Judge Orders Freezing of Colorado Crypto Pastor’s Accounts

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By BitcoinWiki News

Key Takeaways:

– Colorado pastor and his wife accused of orchestrating a $3 million crypto fraud scheme
– Pastor and wife were charged with fraud by the Colorado Division of Securities
– Couple launched their own cryptocurrency called INDXcoin through the Kingdom Wealth Exchange
– Raised over $3.2 million from over 300 people
– Report by auditor Hacken called INDXcoin code “unsafe, unsecure and riddled with serious technical problems”
– Pastor seemingly admitted to charges brought against him and his wife
– Judge barred them from selling crypto in the state and froze their accounts


Title: Colorado Pastor and Wife Barred from Selling Crypto in $3 Million Fraud Case

Summary:
A Colorado pastor and his wife have been accused of orchestrating a $3 million crypto fraud scheme and have been barred from selling crypto in the state. They are facing fraud charges after they were found to have pocketed $1.3 million worth of crypto. The couple created their own cryptocurrency called INDXcoin and promoted it to Christian communities in Denver, claiming that God told them investors would become wealthy if they put money into the coin. However, an auditor’s report called INDXcoin code “unsafe, unsecure and riddled with serious technical problems,” giving it a rating of “zero out of 10”. Despite this, the couple allegedly continued to promote the coin as a low-risk, high-profit investment. In a since-deleted video, the accused pastor seemingly admitted to the charges, claiming that they used the money for renovations and that God was not done with the project. The couple is facing legal action and has had their accounts frozen by regulators.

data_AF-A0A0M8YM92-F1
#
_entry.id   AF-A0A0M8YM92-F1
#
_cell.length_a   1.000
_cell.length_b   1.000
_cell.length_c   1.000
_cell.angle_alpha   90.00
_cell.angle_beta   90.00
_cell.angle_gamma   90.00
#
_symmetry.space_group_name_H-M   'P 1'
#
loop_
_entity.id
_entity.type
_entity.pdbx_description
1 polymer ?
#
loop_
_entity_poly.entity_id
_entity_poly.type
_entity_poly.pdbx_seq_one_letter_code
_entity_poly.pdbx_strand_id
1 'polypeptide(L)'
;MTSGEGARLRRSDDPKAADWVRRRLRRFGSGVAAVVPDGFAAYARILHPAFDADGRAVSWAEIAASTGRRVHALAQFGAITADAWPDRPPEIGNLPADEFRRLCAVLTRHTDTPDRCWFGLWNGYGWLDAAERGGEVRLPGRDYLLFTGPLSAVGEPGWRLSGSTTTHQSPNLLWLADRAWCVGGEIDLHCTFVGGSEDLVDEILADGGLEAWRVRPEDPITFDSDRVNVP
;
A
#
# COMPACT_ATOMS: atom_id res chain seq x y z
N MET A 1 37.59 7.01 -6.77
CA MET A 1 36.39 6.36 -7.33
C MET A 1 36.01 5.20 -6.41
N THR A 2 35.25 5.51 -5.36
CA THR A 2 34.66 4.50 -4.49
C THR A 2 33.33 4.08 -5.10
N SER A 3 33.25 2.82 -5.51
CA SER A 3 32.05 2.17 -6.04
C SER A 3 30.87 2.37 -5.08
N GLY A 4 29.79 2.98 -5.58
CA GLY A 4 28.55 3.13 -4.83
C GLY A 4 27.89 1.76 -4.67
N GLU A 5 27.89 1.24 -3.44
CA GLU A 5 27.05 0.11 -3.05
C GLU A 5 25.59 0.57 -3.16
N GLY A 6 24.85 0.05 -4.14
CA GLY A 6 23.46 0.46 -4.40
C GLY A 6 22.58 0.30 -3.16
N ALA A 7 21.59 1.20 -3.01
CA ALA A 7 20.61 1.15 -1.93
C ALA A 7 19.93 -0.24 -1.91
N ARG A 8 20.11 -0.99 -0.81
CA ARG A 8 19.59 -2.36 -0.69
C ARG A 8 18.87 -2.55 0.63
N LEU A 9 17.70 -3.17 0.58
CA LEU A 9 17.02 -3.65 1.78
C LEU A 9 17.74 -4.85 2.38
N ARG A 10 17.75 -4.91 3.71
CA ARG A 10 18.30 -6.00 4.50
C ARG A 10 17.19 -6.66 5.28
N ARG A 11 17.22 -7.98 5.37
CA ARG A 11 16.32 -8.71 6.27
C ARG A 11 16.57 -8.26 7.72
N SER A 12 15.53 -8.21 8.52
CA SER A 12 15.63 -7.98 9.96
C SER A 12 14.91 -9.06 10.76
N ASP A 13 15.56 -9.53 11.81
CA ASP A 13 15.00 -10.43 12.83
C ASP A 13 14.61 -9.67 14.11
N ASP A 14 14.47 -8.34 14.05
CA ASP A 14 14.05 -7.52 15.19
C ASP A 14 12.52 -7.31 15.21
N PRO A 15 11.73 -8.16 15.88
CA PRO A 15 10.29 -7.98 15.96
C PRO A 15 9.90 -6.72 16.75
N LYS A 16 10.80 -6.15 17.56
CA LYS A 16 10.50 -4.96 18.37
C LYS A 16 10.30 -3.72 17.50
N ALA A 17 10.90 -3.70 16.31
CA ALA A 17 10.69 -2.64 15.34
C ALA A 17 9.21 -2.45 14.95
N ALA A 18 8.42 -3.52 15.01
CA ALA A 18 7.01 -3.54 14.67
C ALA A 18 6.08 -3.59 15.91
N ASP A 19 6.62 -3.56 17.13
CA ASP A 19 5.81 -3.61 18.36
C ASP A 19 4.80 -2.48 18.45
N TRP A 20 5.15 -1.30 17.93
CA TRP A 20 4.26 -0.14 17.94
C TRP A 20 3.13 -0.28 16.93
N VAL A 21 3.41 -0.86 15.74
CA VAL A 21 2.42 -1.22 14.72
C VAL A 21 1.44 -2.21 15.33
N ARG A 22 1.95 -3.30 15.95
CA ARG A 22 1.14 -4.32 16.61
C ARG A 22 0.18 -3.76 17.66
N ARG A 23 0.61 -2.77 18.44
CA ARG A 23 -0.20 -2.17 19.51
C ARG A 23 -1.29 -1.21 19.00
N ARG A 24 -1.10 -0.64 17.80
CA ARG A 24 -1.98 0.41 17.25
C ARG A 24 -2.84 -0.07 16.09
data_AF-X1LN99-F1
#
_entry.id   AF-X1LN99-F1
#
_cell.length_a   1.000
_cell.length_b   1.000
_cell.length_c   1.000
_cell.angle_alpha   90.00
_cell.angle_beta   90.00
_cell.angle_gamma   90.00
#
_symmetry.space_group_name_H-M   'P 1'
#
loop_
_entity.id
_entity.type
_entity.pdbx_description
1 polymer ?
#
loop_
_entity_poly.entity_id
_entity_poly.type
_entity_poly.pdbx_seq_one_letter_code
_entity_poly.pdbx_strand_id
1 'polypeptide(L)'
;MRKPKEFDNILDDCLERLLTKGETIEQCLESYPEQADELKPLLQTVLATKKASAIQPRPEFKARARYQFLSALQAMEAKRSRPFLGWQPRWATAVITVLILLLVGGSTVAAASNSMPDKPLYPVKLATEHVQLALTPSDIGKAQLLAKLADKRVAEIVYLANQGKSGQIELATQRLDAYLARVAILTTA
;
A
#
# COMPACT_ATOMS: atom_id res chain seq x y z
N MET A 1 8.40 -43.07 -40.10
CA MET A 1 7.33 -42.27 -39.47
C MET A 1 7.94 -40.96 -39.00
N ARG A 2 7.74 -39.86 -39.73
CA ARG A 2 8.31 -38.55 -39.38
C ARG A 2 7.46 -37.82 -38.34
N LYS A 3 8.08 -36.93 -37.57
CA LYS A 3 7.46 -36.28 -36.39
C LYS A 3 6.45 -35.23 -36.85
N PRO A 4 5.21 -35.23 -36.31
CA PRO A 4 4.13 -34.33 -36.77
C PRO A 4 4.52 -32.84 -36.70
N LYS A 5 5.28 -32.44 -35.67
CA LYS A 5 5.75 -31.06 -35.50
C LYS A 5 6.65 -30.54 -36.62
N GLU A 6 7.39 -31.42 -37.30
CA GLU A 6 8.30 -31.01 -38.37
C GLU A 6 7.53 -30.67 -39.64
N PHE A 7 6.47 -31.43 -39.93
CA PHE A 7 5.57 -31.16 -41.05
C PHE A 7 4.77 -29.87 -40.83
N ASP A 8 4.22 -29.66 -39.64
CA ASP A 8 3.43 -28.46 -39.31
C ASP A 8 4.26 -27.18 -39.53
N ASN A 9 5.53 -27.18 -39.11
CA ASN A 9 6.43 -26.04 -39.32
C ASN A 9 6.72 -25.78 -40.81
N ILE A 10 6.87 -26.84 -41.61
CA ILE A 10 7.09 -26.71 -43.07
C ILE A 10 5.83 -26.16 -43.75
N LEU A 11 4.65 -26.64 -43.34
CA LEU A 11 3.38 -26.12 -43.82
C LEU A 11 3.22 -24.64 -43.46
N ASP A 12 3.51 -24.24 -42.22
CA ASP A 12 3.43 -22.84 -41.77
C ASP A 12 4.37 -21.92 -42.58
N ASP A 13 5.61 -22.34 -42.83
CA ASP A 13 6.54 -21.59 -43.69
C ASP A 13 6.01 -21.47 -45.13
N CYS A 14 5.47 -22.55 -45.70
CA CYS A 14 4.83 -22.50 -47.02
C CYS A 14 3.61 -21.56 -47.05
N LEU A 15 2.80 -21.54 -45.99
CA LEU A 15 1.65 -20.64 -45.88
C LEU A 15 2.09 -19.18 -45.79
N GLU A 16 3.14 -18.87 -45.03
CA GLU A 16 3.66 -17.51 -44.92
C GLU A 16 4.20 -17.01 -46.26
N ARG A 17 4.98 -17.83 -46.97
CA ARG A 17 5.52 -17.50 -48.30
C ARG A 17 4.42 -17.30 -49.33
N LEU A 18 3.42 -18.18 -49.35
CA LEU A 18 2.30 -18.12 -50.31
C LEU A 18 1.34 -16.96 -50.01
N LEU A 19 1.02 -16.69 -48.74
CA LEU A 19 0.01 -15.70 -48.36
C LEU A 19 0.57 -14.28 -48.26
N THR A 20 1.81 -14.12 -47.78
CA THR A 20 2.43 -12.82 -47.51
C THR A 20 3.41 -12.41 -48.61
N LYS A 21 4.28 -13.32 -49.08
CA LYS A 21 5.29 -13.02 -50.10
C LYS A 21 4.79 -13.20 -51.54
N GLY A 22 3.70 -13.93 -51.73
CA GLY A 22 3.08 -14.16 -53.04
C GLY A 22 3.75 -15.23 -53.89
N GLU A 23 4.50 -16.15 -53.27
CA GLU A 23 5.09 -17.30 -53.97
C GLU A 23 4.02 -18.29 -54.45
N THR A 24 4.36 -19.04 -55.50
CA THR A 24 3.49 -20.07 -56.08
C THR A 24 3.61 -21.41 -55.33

1. Allegations and Charges
The Colorado pastor and his wife have been accused of orchestrating a $3 million crypto fraud scheme. They were charged with fraud after it was discovered that they had pocketed $1.3 million worth of crypto. The couple’s actions were allegedly targeted at Christian communities in Denver, with claims that God told them investors would become wealthy if they put money into their cryptocurrency, INDXcoin.

2. Creation and Promotion of INDXcoin
The Regalados created their own cryptocurrency called INDXcoin and launched a faith-based crypto exchange called Kingdom Wealth Exchange. They raised over $3.2 million from over 300 people, with the husband and wife duo allegedly spending a large portion of the funds on personal expenses. Despite an auditor’s report calling INDXcoin code “unsafe, unsecure and riddled with serious technical problems,” the couple continued to promote the coin as a low-risk, high-profit investment.

3. Admission and Response
In a since-deleted video, the accused pastor seemingly admitted to the charges, claiming that they used the money for renovations and that God was not done with the project. The couple is facing legal action and has had their accounts frozen by regulators. They were out of town and not in attendance during the recent hearing.

4. Legal Proceedings and Judge’s Comments
The judge presiding over the case referred to it as a sad case in which someone in the name of faith, preyed upon his congregants, and he did so in the name of the Lord. The couple has been barred from selling crypto in the state and will continue to have their accounts frozen by regulators.

5. Conclusion
The case of the Colorado pastor and his wife accused of orchestrating a $3 million crypto fraud scheme serves as a cautionary tale about the risks associated with fraudulent schemes, especially when promoted within religious communities. The legal proceedings against the couple highlight the consequences of fraudulent actions in the cryptocurrency space and the need for regulatory measures to protect investors from such fraudulent activities.

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